News | PET-CT | May 02, 2017

Dutch study finds nuclear imaging accurately measures drug uptake in children with diffuse intrinsic pontine glioma

PET/CT Helps Predict Therapy Effectiveness in Pediatric Brain Tumors

FIGURE: MRI AND PET-MRI FUSION IMAGES OF PATIENTS WITH DIPG. Top row: Zr-89-bevacizumab PET (144 hrs p.i.) fused with T1-Gd weighted MRI per patient; middle row: T1-Gd weighted MRI; lower row: T2-weighted/FLAIR MR-images. Five tumors show variable uptake of Zr-89-bevacizumab (white arrows), with both PET negative and positive areas within each tumor. Two primary tumors are completely PET negative (Fig. 1C and 1E), while the T2 weighted images show tumor infiltration in the whole pons of both patients. In the middle row, the red arrows represent the areas of contrast enhancement within the tumor. In four out of five primary tumors, the PET-positive area corresponds with the contrast-enhancing area on MRI of the tumors (Fig. 1A, 1B, 1F and 1G). In Fig. 1C, the tumor shows an MRI contrast-enhancing area, while there is no Zr-89-bevacizumab uptake. Fig. 1D shows a PET positive tumor, while no Gd-enhancement is observed on MRI. Credit: Sophie Veldhuijzen van Zanten and Marc Jansen, VU University Medical Center, Amsterdam, The Netherlands.


May 2, 2017 — In a first-ever molecular drug-imaging study in children, researchers in The Netherlands used whole-body positron emission tomography/computed tomography (PET/CT) scans to determine whether bevacizumab (Avastin) treatment of diffuse intrinsic pontine glioma (DIPG) in children is likely to be effective. The study is featured in the May 2017 issue of The Journal of Nuclear Medicine.

Brain cancers are difficult to treat, and it can be hard to predict whether a therapy will be effective. When the patient is a child, it is even more important to predict the potential effectiveness of a drug before beginning treatment.

“Children with DIPG have a very poor prognosis, with less than 10 percent of the patients surviving two years from diagnosis,” explained Guus A. van Dongen, Ph.D., of VU University, Medical Center, Amsterdam, The Netherlands. “These tumors are resistant to all kinds of therapies. Chemotherapy, as well as new targeted therapies, may not reach the tumor due to the location within the brainstem.”

For the study, researchers investigated whether bevacizumab can reach the tumor in children with DIPG by measuring the tumor uptake of zirconium-89 (Zr-89)-labeled bevacizumab with PET. In addition, they evaluated the safety of the procedure and determined the optimal timing of imaging.

Two weeks after completing radiotherapy, seven patients (age range: 6-17) were given whole-body PET/CT scans performed at 1, 72 and 144 hours post-injection. The optimal moment of scanning was found to be 144 hours post-injection. The patients also underwent contrast (gadolinium)-enhanced magnetic resonance imaging (MRI).

“The results showed that indeed there is considerable heterogeneity in uptake of Zr-89-labeled bevacizumab among patients and within tumors,” Van Dongen pointed out. “This non-invasive in vivo quantification of drug distribution and tumor uptake may help to predict therapeutic potential, as well as toxicity, and could help develop strategies for improving drug delivery to tumors.”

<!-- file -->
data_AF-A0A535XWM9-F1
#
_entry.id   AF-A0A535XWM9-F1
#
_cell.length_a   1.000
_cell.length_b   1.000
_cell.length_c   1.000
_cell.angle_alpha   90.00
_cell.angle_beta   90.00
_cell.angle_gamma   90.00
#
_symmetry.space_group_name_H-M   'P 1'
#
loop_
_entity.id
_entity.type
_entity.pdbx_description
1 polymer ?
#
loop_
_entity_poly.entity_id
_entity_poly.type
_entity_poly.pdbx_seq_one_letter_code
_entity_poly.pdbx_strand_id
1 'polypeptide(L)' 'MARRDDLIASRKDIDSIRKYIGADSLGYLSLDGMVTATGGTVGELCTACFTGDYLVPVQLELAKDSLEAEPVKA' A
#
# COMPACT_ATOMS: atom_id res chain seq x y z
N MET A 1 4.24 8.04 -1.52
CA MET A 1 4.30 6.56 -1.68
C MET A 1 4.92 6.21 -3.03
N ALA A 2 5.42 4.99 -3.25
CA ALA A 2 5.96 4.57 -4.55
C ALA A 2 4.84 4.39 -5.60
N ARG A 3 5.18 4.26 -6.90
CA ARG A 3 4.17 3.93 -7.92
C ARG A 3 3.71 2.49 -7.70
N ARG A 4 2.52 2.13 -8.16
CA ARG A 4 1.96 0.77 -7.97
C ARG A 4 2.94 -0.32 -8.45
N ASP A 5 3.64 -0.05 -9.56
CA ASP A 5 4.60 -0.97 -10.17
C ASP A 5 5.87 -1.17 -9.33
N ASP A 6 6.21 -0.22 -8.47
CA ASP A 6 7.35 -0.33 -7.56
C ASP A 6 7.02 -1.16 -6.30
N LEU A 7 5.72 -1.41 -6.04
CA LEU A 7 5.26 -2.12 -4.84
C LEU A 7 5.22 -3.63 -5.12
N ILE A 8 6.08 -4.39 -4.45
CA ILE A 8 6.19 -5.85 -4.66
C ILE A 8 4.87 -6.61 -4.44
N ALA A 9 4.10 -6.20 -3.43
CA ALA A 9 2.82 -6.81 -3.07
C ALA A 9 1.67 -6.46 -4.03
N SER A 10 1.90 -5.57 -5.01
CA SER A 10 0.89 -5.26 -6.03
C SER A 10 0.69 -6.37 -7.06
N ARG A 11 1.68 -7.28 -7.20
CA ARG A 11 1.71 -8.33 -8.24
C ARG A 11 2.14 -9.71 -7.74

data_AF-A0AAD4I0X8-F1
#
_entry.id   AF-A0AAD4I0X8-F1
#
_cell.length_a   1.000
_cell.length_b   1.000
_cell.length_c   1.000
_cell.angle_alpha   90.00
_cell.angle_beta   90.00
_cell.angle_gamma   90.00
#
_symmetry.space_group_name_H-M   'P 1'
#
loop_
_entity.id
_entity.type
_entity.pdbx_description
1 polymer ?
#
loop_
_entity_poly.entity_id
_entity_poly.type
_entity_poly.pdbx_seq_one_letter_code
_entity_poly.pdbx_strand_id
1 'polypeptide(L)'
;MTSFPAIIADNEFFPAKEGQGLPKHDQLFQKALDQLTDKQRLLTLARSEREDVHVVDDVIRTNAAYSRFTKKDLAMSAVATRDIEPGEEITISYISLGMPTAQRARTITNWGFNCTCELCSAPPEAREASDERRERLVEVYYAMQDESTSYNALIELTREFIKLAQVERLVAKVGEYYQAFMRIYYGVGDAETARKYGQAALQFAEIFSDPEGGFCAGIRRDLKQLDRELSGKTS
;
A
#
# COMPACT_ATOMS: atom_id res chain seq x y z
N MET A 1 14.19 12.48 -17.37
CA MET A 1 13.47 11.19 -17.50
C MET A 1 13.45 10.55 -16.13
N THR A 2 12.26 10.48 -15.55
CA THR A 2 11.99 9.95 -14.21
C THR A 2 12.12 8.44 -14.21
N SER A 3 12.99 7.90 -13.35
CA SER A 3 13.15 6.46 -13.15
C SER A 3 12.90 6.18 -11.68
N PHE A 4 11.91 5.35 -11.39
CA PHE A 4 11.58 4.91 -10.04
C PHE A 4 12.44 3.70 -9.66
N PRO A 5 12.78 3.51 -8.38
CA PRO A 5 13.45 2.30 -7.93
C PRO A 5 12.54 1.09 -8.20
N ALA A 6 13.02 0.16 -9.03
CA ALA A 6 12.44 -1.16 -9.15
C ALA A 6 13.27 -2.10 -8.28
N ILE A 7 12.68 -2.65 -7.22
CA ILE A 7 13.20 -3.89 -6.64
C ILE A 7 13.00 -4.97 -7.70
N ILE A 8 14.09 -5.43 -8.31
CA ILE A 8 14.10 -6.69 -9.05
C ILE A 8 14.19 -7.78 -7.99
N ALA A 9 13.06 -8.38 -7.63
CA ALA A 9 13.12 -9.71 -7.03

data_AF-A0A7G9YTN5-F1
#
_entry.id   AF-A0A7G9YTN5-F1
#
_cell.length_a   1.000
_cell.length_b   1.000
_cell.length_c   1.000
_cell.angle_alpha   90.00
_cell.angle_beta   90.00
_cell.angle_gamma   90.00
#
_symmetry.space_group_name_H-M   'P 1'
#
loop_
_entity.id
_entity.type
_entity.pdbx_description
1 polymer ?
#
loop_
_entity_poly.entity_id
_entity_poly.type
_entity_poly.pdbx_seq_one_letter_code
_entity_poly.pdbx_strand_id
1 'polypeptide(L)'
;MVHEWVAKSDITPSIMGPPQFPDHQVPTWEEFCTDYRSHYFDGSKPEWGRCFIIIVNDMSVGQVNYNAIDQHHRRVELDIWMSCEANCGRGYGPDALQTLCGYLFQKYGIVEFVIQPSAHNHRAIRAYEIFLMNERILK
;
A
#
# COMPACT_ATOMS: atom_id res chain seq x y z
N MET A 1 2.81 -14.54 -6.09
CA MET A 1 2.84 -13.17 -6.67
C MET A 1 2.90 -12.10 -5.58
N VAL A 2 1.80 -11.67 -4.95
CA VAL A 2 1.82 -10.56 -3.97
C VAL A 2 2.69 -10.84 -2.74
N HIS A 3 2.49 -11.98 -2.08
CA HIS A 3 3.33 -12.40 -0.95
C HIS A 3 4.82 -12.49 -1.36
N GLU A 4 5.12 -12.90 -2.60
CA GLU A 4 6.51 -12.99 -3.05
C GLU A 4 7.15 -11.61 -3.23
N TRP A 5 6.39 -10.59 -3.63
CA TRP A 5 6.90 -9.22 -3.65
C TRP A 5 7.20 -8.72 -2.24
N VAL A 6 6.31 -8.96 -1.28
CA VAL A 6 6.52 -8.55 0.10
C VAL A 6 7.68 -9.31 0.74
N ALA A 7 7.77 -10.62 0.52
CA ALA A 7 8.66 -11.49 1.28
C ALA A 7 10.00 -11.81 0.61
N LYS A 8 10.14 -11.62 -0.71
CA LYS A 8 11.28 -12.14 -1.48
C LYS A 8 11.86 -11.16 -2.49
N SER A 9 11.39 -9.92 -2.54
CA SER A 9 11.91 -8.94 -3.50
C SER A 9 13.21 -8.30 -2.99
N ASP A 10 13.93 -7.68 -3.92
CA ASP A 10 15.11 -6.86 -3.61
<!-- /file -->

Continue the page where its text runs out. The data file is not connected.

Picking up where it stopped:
Van Dongen added, “Children with brain tumors and other solid cancers are particularly likely to benefit from molecular drug imaging, as drugs without therapeutic effect — based on a lack of drug-uptake in the tumor — may cause life-long side effects. Molecular drug imaging will open avenues for administering the right drug to the right patient at the most appropriate stage of the disease.”

For more information: www.jnm.snmjournals.org

Related Content

Feature | Magnetic Resonance Imaging (MRI) | Christine Book

August 10, 2022 — The imaging community has lost a legend, recognized for having revolutionized the field of diagnostic ...

Time August 10, 2022
arrow
News | Breast Imaging

August 8, 2022 — The U.S. Food and Drug Administration approved Enhertu (fam-trastuzumab-deruxtecan-nxki), an IV ...

Time August 08, 2022
arrow
News | Lung Imaging

August 8, 2022 — Representatives from the Diagnostics Working Group of the IASLC Early Detection and Screening Committee ...

Time August 08, 2022
arrow
News | Lung Imaging

August 8, 2022 — A clinical trial is only as powerful as its participants. For years, researchers have struggled to fill ...

Time August 08, 2022
arrow
News | Pediatric Imaging

August 3, 2022 — The Jack Martin Fund (JMF) has built on its partnership with the Mount Sinai Health System to provide ...

Time August 03, 2022
arrow
News | Magnetic Resonance Imaging (MRI)

July 27, 2022 — Multitasking is not just an office skill. It’s key to functioning as a human, and it involves something ...

Time July 27, 2022
arrow
News | Pediatric Imaging

July 27, 2022 — St. Jude Children’s Research Hospital has announced that Zoltan Patay, MD, PhD, Department of Diagnostic ...

Time July 27, 2022
arrow
News | Magnetic Resonance Imaging (MRI)

July 25, 2022 — For any drug to be successful in treating mental health or neurological problems, the medicine has to ...

Time July 25, 2022
arrow
News | PET Imaging

July 20, 2022 — Blue Earth Diagnostics, a Bracco company and recognized leader in the development and commercialization ...

Time July 20, 2022
arrow
News | Radiopharmaceuticals and Tracers

July 20, 2022 — -NorthStar Medical Radioisotopes, LLC, a global innovator in the development, production and ...

Time July 20, 2022
arrow
Subscribe Now